We’re occasionally asked whether agile and CMMI are compatible, so we thought we’d write a short blog posting on the subject. The quick answer is yes, but you need to know what you’re doing. In this article we explore whether organizations are actually combining agile and CMMI in practice and then address some of the rhetoric around this topic.
The Dr. Dobbs Journal (DDJ) Summer 2012 State of the IT Union Survey examined this issue. The goal of the survey was to explore whether organizations were successful or unsuccessful at various levels of the scaling factors called out in the Software Development Context Framework (SDCF). One of the SDCF scaling factors is regulatory compliance, including both legal compliance such as Food and Drug Administration (FDA) compliance as well as self-imposed compliance such as CMMI or ISO 900X. This survey found that of the respondents whose organizations had achieved success apply agile techniques in practice, 44% indicated that one or more of their project teams had done so when self-imposed compliance requirements were in place. Of the respondents whose organizations had experienced one or more failed agile projects, 30% indicated that one or more of their projects had self-imposed compliancy requirements. More recently the DDJ Spring 2014 State of the IT Union Survey found that 44% of agile software development teams (and 43% of non-agile teams) face some sort of compliancy requirement. The following figure shows that agile teams, just like non-agile teams, are in fact working at scale.
The survey results lead me to three important observations. First and foremost, people are in fact successfully applying agile and CMMI together. Second, it can be a rocky road when doing so because some organizations are running into problems. Three, there isn’t any blatantly obvious evidence for or against applying the two together. Granted, this third observation is based on averages – your organization may have very good reasons to apply the two together. In particular, I suspect that the organizations applying CMMI and agile together are the ones where they already have a strong-CMMI culture and are now in the process of increasing their productivity through agile and lean techniques.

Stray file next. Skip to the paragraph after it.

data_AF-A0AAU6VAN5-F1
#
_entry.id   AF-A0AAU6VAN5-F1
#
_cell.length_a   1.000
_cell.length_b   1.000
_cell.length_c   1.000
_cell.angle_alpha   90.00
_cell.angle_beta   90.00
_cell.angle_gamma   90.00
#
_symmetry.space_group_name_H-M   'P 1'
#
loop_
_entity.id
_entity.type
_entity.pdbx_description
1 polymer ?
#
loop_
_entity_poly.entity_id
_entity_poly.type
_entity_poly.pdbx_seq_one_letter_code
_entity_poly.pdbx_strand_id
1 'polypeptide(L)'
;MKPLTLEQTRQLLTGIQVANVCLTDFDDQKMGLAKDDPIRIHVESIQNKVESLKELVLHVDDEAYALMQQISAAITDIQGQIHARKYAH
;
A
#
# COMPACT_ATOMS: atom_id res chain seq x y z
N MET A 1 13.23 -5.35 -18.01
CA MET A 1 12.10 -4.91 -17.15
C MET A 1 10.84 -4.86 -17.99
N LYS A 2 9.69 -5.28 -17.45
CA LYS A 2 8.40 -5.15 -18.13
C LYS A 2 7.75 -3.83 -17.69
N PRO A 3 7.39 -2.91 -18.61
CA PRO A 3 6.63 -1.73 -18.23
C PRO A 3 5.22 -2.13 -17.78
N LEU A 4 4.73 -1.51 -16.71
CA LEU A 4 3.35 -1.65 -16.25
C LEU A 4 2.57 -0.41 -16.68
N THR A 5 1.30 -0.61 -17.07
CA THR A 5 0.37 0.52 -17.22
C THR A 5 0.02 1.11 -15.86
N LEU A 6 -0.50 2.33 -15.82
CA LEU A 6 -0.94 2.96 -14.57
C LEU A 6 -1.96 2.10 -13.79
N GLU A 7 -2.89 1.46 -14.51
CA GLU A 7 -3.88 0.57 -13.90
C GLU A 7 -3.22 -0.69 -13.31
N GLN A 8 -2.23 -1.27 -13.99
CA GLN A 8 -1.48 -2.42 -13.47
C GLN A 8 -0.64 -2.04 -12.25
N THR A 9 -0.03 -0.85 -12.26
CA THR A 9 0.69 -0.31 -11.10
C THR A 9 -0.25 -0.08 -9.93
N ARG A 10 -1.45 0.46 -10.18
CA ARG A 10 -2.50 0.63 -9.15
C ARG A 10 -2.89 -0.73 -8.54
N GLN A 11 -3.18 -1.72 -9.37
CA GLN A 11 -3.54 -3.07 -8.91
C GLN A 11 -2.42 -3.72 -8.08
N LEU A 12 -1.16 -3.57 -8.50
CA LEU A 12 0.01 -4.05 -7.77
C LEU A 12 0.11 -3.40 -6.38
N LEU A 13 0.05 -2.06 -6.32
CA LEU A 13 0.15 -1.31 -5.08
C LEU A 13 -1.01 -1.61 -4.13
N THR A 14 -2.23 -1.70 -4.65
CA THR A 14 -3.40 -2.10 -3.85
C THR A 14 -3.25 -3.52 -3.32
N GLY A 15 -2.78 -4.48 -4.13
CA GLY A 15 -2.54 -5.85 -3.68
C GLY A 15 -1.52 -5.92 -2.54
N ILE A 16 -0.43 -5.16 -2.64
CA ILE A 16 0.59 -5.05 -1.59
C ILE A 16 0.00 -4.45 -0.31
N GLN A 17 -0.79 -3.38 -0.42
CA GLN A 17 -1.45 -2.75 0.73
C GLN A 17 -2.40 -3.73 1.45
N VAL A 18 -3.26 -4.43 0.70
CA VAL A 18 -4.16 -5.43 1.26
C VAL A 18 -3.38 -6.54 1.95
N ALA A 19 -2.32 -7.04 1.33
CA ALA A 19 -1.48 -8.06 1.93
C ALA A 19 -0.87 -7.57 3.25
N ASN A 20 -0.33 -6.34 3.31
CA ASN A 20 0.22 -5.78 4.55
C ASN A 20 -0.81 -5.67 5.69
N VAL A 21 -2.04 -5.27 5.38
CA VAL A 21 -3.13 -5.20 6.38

Reality Over Rhetoric
One only has to spend some time online to discover that when it comes to applying agile and CMMI together there is some questionable rhetoric being bandied about. We feel it’s important to surface this rhetoric and describe the reality of the situation. Common agile CMMI rhetoric includes:
- Agile and CMMI are incompatible. This is clearly not the case as we learned in the aforementioned surveys. A quick web search results in many publications on the topic, including case studies. From what we’ve seen most of this problem stems from agile protagonists not understanding CMMI and CMMI protagonists not understanding agile.
- Scrum is CMMI level 5. This is nothing more than marketing hogwash. The reality is that Scrum is a very, very small part of what you need to do to succeed at agile. Scrum’s focus is on some aspects of project leadership and requirements management, and it relies on other methodologies such as Extreme Programming (XP), Agile Modeling (AM), Unified Process (UP), and many others to fill in the blanks. Yes, Scrum can be used in CMMI environments but Scrum on its own clearly doesn’t even address all CMMI L2 issues let alone higher levels. Similarly, agile methods such as XP and AM can also be applied in CMMI environments to address portions of one or more process areas in an agile manner.
- CMMI doesn’t add value. Empirically you can observe that this is clearly not the case by simply hopping on a flight to Bangalore to see how the Indian IT service providers have leveraged CMMI into a multi-billion dollar industry. Furthermore there are numerous studies that have shown that as organizations move up CMMI levels their productivity improves (although some have shown that productivity peaks upon achieving CMMI L3, so be careful). Our experience is that the secret is to keep your CMMI implementation as agile as possible.
- CMMI equals needless bureaucracy. The way that an organization addresses CMMI compliancy is up to them. They can choose to adopt a documentation-heavy strategy, which many unfortunately do, or they can choose to adopt a more streamlined agile approach. Many agilists have had very bad experiences in heavy CMMI shops and in many cases that is their only CMMI experience, hence the bitterness regarding CMMI.
In the next posting in this series I’ll discuss how Disciplined Agile Delivery (DAD) and CMMI can potentially fit together.